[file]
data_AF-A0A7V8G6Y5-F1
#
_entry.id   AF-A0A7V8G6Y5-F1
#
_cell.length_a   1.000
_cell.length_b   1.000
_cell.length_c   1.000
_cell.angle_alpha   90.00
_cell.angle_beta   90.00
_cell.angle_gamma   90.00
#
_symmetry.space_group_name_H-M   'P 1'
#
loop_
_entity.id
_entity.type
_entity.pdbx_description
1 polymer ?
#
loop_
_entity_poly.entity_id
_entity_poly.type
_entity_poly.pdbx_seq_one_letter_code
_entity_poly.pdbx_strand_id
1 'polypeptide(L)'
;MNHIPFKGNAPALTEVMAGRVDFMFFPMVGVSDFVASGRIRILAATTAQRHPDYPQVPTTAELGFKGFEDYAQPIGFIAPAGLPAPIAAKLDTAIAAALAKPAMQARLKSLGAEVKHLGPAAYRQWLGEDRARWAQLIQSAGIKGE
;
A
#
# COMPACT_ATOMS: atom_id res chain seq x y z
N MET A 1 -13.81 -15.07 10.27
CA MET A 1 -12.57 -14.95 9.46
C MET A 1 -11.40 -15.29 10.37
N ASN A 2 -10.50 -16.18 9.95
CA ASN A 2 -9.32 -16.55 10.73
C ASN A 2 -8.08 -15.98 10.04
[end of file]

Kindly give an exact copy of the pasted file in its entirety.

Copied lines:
data_AF-A0A7V8G6Y5-F1
#
_entry.id   AF-A0A7V8G6Y5-F1
#
_cell.length_a   1.000
_cell.length_b   1.000
_cell.length_c   1.000
_cell.angle_alpha   90.00
_cell.angle_beta   90.00
_cell.angle_gamma   90.00
#
_symmetry.space_group_name_H-M   'P 1'
#
loop_
_entity.id
_entity.type
_entity.pdbx_description
1 polymer ?
#
loop_
_entity_poly.entity_id
_entity_poly.type
_entity_poly.pdbx_seq_one_letter_code
_entity_poly.pdbx_strand_id
1 'polypeptide(L)'
;MNHIPFKGNAPALTEVMAGRVDFMFFPMVGVSDFVASGRIRILAATTAQRHPDYPQVPTTAELGFKGFEDYAQPIGFIAPAGLPAPIAAKLDTAIAAALAKPAMQARLKSLGAEVKHLGPAAYRQWLGEDRARWAQLIQSAGIKGE
;
A
#
# COMPACT_ATOMS: atom_id res chain seq x y z
N MET A 1 -13.81 -15.07 10.27
CA MET A 1 -12.57 -14.95 9.46
C MET A 1 -11.40 -15.29 10.37
N ASN A 2 -10.50 -16.18 9.95
CA ASN A 2 -9.32 -16.55 10.73
C ASN A 2 -8.08 -15.98 10.04